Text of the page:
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CIC’s directions to CBI appreciable

The step taken by the Chief Information Commissioner asking the CBI to provide desired information to RTI applicants deserves appreciation. The CBI is merely an investigating body which looks into high profile scams. The information sought on investigations in these scams is of national interest and need not be exempted from the RTI Act.

General information like the kind of allegations, current status of the case, etc could be shared, whereas sensitive information pertaining to details of witnesses, sources of information, further plan of action and process of investigation need not be divulged.

The citizens of this country are fed up with some scam or the other being unearthed day after day. They are keeping a close watch on the progress made in high-profile cases. No scamster should be allowed to be shielded by vested interests or allowed to go scot-free. Keeping this mood and temper of the people in mind, the government should go with the aspirations of the people and do the needful as asked for by the Chief Information Commissioner.



Apropos editorial ‘Be transparent’ (November 5), the old and accepted image of the police being frighteningly inaccessible seems to have been retained by the CBI. While the agency is entrusted with serious cases of crimes, scams and corruption, its self-created and water-tight compartmentalisation raises amongst the people doubts about its functioning, independence and credibility. When the agency investigates allegations of corruption and human rights violations, the interest of the masses automatically is at stake.

Many high profile cases like 2G scam, illegal ore mining, CWG, coal scam, etc are so related to our administrative functioning and efficiency that the CBI should not withhold information only on the ground of it being ‘sensitive’. Some individuals have made efforts and taken risk in exposing many scams and above all it is the tax-payers’ money that has been attempted to be misappropriated.


Diversified farming

If the government is really interested in bringing about diversification in agriculture, the following three suggestions could come in handy. First, purchase maize and basmati by providing remunerative MSP for these crops, as done during paddy and wheat procurement. Second, help farmers by providing interest-free loans for dairy farming in rural areas. Third, create a belt for mango and litchi orchards starting from Amritsar, Gurdaspur, Hoshiarpur to Chandigarh, by providing free plant material and helping the orchardists for four years with a grant of Rs 5,000 per acre.

Dr KK SHARMA, Ludhiana

Increase jail term

It is very unfortunate to witness road accidents due to drunken driving leading to death. Causing death by negligence covered under Section 304-A IPC is a bailable offence, so errant drivers continue to take human lives for granted on roads. In the light of what is visible to the public eye, the crisis is aggravating at the cost of many valuable lives on road accidents due to rash and drunken driving in the absence of an action plan to curb lawlessness on roads.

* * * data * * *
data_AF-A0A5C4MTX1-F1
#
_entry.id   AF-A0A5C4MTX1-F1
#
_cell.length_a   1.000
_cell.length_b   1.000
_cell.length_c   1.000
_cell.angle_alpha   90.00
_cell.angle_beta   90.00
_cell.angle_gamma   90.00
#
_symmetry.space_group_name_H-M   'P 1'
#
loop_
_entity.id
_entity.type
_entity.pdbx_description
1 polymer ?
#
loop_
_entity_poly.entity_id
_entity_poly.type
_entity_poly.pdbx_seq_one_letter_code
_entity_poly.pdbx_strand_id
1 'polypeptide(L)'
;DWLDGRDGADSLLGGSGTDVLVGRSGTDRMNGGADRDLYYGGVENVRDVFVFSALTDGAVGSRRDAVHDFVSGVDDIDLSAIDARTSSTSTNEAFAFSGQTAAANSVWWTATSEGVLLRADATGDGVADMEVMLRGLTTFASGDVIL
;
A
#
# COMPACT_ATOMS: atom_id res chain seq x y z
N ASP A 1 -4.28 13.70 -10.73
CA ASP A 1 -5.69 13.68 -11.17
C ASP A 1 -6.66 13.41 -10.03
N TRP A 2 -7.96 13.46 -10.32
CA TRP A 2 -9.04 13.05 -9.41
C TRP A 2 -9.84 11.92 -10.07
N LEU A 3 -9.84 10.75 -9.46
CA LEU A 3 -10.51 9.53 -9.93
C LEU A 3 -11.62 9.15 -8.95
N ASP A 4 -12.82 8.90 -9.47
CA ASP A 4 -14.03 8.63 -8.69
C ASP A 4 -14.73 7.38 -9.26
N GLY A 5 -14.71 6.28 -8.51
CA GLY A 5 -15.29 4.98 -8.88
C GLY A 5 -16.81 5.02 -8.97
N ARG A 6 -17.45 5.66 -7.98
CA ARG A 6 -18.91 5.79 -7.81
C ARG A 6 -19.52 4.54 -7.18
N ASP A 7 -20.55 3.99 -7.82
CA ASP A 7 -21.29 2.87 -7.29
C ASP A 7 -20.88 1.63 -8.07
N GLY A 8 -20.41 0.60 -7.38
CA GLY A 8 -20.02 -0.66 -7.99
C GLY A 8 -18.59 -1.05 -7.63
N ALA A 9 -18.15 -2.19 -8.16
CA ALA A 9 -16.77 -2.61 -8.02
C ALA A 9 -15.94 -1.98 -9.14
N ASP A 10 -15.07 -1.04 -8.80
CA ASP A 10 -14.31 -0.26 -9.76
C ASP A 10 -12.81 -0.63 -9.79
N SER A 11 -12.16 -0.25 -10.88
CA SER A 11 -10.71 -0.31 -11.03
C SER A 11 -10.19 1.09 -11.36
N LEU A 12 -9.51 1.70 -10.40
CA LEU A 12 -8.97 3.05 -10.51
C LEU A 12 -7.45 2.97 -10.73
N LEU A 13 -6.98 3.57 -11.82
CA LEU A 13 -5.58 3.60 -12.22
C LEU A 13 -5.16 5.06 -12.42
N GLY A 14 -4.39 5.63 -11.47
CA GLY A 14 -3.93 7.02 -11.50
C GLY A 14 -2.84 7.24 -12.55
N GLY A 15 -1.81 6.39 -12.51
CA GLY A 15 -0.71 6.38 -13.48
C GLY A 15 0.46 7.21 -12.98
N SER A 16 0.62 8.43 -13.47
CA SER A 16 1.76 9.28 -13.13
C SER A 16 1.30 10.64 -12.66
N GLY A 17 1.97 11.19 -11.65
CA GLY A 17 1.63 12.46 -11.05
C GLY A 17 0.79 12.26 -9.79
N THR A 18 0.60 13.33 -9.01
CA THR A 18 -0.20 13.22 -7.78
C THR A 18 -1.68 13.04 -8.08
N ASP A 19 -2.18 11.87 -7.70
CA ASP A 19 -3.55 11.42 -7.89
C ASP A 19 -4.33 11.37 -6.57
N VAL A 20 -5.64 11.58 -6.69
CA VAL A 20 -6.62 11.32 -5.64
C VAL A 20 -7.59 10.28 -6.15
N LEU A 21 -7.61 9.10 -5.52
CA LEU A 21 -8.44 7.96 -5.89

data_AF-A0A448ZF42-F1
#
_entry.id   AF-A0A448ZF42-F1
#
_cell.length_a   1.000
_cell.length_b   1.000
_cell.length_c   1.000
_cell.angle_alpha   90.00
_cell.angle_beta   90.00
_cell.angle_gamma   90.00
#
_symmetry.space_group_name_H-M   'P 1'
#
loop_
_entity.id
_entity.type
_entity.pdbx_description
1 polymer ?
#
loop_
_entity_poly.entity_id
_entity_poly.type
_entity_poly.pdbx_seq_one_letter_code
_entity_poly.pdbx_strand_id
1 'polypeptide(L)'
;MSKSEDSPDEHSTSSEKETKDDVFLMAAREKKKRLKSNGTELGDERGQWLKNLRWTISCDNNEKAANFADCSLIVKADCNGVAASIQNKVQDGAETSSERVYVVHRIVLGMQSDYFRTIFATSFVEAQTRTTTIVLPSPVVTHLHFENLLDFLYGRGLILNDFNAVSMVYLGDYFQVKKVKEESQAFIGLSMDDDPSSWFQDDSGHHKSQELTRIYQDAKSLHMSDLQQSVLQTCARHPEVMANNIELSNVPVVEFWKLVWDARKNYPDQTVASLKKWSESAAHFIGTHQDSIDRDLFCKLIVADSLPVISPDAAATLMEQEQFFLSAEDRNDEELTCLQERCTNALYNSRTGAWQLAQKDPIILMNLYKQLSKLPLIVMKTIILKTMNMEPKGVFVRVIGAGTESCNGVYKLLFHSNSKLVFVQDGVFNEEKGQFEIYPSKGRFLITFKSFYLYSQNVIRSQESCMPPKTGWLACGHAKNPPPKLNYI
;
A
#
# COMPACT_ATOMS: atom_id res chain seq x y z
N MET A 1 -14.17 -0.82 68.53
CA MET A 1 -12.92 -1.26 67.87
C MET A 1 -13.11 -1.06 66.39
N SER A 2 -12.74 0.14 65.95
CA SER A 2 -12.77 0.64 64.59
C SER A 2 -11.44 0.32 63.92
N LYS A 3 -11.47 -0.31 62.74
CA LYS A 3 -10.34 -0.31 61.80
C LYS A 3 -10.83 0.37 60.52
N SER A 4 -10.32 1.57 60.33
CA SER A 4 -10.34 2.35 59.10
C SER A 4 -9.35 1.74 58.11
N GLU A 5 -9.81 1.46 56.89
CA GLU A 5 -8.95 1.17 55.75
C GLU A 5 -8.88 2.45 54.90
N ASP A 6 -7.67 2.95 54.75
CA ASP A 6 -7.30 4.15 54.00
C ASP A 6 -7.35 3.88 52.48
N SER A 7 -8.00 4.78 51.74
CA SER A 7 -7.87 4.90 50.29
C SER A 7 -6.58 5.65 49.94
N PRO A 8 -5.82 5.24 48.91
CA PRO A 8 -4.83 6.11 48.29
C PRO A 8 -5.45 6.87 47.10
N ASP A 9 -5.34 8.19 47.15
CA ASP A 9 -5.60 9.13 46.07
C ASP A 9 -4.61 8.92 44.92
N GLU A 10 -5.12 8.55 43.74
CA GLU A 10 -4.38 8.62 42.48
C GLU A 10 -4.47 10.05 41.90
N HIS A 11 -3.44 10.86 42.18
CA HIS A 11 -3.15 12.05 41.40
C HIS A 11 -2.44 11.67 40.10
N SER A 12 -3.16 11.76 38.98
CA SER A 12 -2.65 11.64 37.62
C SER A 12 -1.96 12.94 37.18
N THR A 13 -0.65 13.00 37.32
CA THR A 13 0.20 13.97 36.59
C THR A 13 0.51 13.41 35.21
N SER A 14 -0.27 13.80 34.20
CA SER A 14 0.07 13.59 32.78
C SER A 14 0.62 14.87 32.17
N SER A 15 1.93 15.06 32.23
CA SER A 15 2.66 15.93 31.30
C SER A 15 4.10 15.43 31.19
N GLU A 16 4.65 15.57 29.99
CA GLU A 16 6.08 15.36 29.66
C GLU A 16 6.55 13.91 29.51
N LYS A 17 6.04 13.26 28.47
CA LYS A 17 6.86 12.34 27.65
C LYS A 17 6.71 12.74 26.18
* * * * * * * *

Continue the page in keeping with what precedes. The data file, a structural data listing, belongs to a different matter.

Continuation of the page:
The taverns along GT road and the absence of routine checks by highway patrols encourages drunken driving and leads to consequent disasters. In a recently-pronounced SC judgement, it has been suggested that law makers should reform the sentencing policy to curb accidents of serious nature and provide 10-year jail term for drunken driving which will be an alarm for anti-social elements.


Unnecessary hurdle

A lecturer working in a recognised college or university and an approved teacher in the university system should not be required to pass NET test while applying for an Assistant Professor’s post. He has already been selected according to the then prevalent norms accepted by UGC/HRD for doing PhD. Also there should not be any inconsistencies in UGC’s decisions. In case of unemployed candidates who have passed their Ph D according to the prevalent guidelines of UGC prior to its 2009 notification, the qualification of NET-pass is unnecessary.


Living in virtual world

Youngsters today have replaced human interaction with cyber interaction. They have crossed the line from social networking to social dysfunction. Social networking has now become a compulsion, a compulsion to dissociate from the real world and live in a virtual world.

Problems arise when users ignore family and work obligations because they find Facebook a more interactive and enjoyable medium to spend time. They check the Facebook status the first thing in the morning, check it frequently during the day and then check it again before going to sleep.

In this way, they have isolated ourselves from social interaction. They do not feel the need to bond with immediate family, relatives, friends, neighbours, etc, as it used to be 20 years ago. Students ignore their parents warnings and behave rudely with them. Real world lies outside the computer, not within the computer.




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